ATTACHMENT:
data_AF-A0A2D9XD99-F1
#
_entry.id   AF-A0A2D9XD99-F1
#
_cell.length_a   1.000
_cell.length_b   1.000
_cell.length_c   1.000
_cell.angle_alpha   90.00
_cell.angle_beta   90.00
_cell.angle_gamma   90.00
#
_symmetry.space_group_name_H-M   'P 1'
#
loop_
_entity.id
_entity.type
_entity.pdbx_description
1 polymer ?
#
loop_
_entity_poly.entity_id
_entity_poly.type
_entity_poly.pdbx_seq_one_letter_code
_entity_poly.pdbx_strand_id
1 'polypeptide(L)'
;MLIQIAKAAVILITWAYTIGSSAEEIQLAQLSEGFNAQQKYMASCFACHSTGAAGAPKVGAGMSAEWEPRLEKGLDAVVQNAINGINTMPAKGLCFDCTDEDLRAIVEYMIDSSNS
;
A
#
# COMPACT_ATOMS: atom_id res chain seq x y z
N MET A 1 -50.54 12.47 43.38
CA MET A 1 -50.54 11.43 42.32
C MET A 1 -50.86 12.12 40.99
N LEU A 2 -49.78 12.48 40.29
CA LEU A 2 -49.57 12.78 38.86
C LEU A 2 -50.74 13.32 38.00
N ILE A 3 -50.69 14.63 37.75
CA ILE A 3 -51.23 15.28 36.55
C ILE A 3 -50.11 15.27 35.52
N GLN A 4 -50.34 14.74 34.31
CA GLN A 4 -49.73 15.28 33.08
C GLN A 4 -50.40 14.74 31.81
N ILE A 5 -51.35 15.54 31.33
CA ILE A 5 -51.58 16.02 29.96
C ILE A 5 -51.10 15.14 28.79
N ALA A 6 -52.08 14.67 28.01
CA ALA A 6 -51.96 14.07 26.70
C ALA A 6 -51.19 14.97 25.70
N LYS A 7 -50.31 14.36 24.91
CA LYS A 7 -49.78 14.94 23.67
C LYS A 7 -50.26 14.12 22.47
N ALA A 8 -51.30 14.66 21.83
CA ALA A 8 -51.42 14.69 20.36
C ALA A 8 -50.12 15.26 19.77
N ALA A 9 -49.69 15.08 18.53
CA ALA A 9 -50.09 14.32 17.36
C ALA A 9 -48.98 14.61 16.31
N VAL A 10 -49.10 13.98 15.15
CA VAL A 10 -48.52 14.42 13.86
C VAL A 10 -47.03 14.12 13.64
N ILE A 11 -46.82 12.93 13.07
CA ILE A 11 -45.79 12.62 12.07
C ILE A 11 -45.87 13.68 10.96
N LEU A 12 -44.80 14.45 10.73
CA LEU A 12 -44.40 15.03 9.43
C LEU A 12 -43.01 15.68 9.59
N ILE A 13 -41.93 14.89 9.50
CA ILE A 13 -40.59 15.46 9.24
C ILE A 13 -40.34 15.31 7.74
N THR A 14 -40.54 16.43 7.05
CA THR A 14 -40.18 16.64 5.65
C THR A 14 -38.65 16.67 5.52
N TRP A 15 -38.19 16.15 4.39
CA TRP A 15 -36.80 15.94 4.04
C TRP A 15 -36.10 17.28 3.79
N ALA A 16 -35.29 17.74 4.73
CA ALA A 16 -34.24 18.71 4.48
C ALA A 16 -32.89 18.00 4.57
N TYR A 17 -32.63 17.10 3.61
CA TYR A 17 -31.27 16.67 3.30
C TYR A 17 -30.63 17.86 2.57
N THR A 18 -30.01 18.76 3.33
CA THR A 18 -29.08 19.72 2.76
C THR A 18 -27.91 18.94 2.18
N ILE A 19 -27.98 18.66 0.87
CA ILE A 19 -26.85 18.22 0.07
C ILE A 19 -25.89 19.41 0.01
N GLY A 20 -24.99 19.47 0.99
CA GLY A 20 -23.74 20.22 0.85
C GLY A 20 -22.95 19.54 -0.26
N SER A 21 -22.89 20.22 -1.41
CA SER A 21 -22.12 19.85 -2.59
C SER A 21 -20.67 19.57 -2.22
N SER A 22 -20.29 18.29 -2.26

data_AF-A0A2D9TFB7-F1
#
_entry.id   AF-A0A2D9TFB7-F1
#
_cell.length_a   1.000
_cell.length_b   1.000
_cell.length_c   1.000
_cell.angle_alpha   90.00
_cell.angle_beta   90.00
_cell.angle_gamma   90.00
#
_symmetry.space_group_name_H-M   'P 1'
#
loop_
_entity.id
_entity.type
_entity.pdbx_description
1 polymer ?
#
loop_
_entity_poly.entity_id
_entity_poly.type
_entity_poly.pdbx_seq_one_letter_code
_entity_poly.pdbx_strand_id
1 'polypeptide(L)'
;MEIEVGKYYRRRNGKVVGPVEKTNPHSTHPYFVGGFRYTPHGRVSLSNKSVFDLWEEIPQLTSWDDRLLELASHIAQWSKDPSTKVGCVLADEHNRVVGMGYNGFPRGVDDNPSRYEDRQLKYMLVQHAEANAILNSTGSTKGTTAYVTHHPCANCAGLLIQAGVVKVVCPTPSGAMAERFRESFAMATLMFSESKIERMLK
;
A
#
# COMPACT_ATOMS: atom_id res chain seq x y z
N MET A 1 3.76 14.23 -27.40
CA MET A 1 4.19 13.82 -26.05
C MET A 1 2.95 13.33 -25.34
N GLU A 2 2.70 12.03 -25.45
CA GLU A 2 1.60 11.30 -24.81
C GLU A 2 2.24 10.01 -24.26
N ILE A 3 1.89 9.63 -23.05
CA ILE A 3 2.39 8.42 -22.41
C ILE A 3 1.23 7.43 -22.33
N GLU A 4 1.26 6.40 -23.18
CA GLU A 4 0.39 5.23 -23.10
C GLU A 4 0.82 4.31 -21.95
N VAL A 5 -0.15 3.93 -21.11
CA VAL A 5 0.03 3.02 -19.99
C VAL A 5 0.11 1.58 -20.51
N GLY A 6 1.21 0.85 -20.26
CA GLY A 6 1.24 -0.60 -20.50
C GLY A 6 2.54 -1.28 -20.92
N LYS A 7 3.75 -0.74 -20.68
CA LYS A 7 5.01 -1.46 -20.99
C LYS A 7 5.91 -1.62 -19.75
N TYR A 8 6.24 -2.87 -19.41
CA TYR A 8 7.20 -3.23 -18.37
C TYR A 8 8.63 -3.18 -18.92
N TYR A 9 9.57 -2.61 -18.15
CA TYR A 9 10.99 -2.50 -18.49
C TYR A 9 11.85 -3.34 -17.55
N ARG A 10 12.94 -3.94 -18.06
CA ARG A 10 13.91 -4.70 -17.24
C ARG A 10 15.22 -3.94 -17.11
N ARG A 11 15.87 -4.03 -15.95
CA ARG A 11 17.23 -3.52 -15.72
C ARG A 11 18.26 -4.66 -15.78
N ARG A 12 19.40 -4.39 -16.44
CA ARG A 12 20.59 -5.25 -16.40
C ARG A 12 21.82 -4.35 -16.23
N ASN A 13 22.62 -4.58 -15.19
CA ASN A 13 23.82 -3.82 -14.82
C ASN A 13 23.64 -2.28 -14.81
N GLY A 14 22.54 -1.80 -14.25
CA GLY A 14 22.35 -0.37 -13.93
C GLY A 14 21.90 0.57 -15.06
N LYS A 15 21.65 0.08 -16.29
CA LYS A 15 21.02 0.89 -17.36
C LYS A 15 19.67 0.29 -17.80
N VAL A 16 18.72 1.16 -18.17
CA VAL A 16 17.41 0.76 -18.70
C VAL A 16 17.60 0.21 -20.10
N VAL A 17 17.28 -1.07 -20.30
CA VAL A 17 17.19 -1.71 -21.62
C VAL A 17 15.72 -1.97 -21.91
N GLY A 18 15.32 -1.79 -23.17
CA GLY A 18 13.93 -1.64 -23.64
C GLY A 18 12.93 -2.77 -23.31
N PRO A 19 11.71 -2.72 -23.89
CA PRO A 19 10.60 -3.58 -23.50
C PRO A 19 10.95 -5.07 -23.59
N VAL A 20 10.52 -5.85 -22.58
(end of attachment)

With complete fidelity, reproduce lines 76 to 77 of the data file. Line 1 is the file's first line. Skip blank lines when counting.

N ALA A 16 -35.29 17.74 4.73
CA ALA A 16 -34.24 18.71 4.48